Artificial Intelligence (AI) has become one of the most popular buzzwords in the IT industry today. This has raised the confidence of tech pundits, but has also struck fear in the hearts of salaried professionals and small business owners. Some businesses believe that AI technology is coming after their jobs and companies. However, what is the ground reality?
Is the hype about taking jobs for AI real?
Whether or not you are in favor of a wider implementation of AI is the technology to say. It has matured significantly over the years, and new age solutions are already being designed and implemented in a variety of industries.
A good example, of course, are chatbots that can improve customer experience by processing a large number of queries with impressive efficiency, providing 24/7 availability (highly challenging to achieve with traditional customer support executives). Huh.
The idea is that this type of AI will reduce business costs (cheaper to implement than hiring full-time employees). Another classic example of AI in the current era are driverless cars.
Let’s face it – automated cars are closer to reality than ever before, and they will eventually eliminate the need for human-powered automobiles. Related projects are also underway around the world as Google, Tesla and other giants are experimenting and assessing the performance of their designs for full implementation.
The impact of AI on traditional jobs.
The two examples of AI that we discussed above highlight the potential of AI. However, they also paint a darker picture, that is, a world where traditional jobs for software programs may be lost. Driverless Cars, Artificial Virtual Assistance? Can they exist? The answer, unfortunately, is “yes”. However, does this mean that we should already be worried about jobs? Maybe not.
Despite all the news floating around the internet, spreading fear and hatred for AI, the technology is really nothing to be afraid of. We’ll actually see more of it in a variety of jobs, but the element of “human touch” won’t suddenly disappear, at least for some time.
For example, there is still a need for branding experts who can study various organizations and propose the right styling guides for their websites and social media pages or digital marketing agencies that can help you get your startup to publications. Can you
More jobs, maybe?
Several experts have pointed out the impact of AI on jobs that it will boost livelihoods rather than destroy them. A classic example of understanding its effects is ATM. There seems to be technology that can take over the jobs of humans.
However, the reality is that banks now have more tellers than when the machines were issued. but why? The answer is simple – when ATMs were introduced, they helped banks significantly reduce their operating costs. ATMs allowed banks to use their money to hire more tellers.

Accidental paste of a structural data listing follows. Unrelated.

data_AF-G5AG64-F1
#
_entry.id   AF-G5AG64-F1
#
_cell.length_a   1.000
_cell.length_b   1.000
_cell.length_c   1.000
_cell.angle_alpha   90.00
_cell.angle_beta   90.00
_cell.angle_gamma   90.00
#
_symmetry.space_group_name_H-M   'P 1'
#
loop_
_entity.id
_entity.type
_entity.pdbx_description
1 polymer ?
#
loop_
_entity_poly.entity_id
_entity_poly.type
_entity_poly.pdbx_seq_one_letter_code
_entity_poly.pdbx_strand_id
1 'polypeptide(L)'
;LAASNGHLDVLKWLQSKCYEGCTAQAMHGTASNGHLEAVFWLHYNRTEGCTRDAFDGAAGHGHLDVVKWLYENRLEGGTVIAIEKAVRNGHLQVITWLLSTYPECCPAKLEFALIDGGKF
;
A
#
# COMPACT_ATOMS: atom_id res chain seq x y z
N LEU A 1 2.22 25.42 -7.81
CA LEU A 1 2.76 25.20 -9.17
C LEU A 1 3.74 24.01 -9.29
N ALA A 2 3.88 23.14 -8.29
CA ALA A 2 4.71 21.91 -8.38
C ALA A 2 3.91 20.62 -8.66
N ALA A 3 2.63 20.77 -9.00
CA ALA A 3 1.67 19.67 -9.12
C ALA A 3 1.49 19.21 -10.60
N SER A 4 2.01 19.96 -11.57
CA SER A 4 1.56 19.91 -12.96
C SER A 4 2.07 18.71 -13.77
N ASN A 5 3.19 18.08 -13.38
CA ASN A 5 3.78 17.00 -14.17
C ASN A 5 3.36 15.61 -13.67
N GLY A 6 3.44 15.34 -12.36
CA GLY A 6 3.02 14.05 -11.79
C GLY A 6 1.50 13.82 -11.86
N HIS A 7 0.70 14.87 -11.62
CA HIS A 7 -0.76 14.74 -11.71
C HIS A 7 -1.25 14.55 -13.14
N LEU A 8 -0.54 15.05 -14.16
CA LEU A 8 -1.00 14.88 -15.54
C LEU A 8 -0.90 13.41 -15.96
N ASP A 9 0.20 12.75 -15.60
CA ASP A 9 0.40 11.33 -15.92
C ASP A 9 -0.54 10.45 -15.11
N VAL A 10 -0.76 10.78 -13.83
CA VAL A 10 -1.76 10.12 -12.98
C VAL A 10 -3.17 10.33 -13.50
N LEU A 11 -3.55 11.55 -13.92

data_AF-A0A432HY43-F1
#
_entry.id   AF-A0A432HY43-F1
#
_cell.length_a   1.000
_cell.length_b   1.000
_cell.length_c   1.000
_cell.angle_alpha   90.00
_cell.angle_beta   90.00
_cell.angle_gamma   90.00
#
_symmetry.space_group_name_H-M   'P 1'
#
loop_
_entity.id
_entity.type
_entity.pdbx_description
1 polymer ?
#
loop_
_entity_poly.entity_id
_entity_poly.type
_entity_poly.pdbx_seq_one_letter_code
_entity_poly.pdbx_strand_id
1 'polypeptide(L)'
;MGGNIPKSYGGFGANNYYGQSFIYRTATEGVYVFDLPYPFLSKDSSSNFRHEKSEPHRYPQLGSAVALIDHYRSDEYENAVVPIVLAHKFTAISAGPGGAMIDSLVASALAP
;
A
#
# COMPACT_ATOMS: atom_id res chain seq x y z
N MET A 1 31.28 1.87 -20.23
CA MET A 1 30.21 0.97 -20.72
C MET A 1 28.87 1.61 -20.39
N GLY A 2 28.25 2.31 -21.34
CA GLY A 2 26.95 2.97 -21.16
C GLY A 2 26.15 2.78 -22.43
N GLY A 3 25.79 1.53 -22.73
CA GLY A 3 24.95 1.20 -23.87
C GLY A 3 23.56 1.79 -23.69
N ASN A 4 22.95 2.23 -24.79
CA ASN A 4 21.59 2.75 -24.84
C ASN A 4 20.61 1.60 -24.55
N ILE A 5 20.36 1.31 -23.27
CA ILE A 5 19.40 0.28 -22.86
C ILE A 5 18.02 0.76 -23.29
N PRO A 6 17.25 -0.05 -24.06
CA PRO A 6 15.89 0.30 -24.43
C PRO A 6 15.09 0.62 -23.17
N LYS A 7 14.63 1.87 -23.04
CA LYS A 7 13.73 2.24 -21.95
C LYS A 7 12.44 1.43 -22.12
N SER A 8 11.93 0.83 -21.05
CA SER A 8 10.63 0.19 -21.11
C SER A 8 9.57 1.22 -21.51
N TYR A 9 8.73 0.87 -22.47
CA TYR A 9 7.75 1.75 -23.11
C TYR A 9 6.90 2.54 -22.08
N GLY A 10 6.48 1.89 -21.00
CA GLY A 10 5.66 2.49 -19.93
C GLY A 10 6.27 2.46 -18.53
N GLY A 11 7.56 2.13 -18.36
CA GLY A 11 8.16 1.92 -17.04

If you carefully assess the example of ATM, it will not be difficult for you to imagine a future where robots and humans coexist and work in perfect harmony. Here’s what it might look like:
AI programs and robots tackle laborious and automated tasks
Man is focusing on creative jobs.
AI is translating one language into another. But we will need it.
Human translator when one needs to do business with an organization located overseas.
According to a forecast from the Bureau of Labor Statistics, there are many occupations where AI will accelerate rather than limit job growth. These include web developers, medical secretaries, geological technicians, accountants, etc.
The following qualities will be in high demand for future jobs: emotional intelligence, creativity, and STEM education, which includes science, technology, engineering, and math. So, if you’re building these skills, you’re well suited for the most part.
The world may be divided on whether AI will actually harm or promote job growth. If one wants to be on the safe side, just in case, some of the supposedly high-paying jobs may survive the robot generation.
If you’re still pursuing a career, the following are some of the options you might consider: university professor, computer systems analyst, physician and dentist, physician, etc. Even futurists and work culture experts have tried to put the concerns to rest. The fear of salaried professionals, robots and AI still remains.
However, this fear is not entirely irrational. After all, we’ve all seen at least a few sci-fi movies in which robots take over the world. However, we are far from that kind of advanced society. As long as employed employees are developing skills that are inappropriate for AI (emotional intelligence and creativity, for example), all will be well.